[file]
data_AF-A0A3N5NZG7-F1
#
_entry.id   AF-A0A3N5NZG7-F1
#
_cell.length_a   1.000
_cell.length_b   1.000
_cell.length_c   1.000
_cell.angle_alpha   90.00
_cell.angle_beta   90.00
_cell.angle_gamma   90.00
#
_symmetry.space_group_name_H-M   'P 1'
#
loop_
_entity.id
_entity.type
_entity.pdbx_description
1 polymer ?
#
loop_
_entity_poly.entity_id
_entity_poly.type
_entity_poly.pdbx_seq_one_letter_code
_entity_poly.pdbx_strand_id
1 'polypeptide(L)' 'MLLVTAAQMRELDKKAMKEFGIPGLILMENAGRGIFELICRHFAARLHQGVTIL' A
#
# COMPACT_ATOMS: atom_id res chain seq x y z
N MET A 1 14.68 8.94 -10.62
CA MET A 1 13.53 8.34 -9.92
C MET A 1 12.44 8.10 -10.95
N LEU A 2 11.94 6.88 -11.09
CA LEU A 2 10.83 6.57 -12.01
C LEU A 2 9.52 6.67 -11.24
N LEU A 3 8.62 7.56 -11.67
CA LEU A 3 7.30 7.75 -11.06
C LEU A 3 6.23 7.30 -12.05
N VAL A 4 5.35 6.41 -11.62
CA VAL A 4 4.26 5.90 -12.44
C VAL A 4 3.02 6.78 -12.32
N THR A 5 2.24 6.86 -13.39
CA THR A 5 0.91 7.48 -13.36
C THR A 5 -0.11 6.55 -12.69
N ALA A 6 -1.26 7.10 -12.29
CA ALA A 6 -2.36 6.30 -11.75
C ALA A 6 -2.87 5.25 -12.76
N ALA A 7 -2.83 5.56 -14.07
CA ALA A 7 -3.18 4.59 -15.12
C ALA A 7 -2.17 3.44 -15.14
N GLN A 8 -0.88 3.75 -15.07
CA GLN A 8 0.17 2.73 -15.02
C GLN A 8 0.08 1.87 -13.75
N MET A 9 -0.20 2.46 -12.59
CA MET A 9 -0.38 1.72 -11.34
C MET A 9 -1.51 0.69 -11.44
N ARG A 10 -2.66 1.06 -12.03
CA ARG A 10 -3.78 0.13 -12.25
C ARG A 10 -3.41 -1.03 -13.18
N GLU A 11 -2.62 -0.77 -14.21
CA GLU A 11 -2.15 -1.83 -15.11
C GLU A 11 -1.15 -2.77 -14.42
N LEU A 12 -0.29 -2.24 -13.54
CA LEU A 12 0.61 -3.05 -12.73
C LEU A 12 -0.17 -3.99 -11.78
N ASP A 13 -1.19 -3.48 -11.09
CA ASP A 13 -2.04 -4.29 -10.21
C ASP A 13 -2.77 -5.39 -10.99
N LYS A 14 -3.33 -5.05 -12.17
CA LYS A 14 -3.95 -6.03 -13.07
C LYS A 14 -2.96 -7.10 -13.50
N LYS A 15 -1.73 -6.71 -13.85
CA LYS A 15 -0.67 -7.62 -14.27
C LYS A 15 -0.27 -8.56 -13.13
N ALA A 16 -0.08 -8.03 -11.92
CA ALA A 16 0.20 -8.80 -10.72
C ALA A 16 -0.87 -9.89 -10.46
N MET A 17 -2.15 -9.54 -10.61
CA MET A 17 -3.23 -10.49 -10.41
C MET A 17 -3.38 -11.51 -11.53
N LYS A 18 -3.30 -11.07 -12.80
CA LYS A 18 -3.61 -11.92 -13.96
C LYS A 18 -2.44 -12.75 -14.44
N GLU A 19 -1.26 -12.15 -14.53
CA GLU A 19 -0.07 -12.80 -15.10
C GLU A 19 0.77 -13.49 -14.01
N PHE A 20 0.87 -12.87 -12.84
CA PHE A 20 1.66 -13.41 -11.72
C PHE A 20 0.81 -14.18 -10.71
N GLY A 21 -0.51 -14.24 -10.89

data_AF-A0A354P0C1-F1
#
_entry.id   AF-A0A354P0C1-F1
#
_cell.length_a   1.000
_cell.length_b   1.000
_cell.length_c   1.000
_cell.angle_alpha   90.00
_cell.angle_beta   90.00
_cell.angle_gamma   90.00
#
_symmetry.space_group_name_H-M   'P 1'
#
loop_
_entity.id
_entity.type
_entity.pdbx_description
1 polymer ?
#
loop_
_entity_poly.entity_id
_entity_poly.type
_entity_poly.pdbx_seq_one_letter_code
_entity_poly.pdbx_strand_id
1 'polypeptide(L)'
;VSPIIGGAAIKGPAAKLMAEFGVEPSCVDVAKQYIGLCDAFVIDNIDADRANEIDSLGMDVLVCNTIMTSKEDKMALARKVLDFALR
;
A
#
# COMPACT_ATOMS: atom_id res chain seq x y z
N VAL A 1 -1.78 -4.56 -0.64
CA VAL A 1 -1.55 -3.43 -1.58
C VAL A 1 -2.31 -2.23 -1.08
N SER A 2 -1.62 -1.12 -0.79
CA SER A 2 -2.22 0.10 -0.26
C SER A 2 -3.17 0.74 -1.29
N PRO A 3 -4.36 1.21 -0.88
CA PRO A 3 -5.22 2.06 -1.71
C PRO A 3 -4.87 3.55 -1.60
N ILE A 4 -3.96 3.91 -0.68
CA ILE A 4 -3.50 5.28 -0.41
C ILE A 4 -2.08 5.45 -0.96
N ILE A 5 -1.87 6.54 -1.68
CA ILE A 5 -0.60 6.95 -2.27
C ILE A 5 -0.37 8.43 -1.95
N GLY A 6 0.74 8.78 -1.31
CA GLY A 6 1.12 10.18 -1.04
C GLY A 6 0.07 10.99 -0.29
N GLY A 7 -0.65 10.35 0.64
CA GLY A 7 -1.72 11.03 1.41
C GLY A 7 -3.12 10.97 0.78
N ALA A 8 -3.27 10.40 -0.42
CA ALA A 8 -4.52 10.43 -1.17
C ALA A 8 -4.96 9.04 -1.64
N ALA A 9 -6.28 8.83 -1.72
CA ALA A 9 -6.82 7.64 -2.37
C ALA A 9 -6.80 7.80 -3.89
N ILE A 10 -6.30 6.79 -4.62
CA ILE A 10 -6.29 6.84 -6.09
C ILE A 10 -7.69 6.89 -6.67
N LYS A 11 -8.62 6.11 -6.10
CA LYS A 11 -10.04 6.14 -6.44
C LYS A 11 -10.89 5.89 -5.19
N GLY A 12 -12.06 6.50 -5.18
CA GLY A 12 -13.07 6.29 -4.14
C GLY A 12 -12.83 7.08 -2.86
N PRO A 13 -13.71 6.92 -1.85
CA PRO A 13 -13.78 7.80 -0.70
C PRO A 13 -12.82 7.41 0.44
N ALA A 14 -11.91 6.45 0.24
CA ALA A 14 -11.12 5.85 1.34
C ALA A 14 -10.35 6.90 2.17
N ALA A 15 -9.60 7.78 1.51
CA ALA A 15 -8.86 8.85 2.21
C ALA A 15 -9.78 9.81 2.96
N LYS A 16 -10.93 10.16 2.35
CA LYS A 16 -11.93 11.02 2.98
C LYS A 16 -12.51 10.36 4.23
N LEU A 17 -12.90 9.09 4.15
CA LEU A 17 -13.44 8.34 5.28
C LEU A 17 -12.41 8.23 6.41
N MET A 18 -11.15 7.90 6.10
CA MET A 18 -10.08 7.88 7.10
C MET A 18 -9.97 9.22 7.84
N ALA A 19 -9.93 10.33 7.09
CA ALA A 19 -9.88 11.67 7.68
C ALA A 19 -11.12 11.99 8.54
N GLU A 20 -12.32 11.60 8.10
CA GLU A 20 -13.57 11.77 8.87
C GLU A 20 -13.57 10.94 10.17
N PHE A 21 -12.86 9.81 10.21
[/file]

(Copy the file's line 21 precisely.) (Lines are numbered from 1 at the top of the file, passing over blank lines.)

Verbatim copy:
_entity_poly.entity_id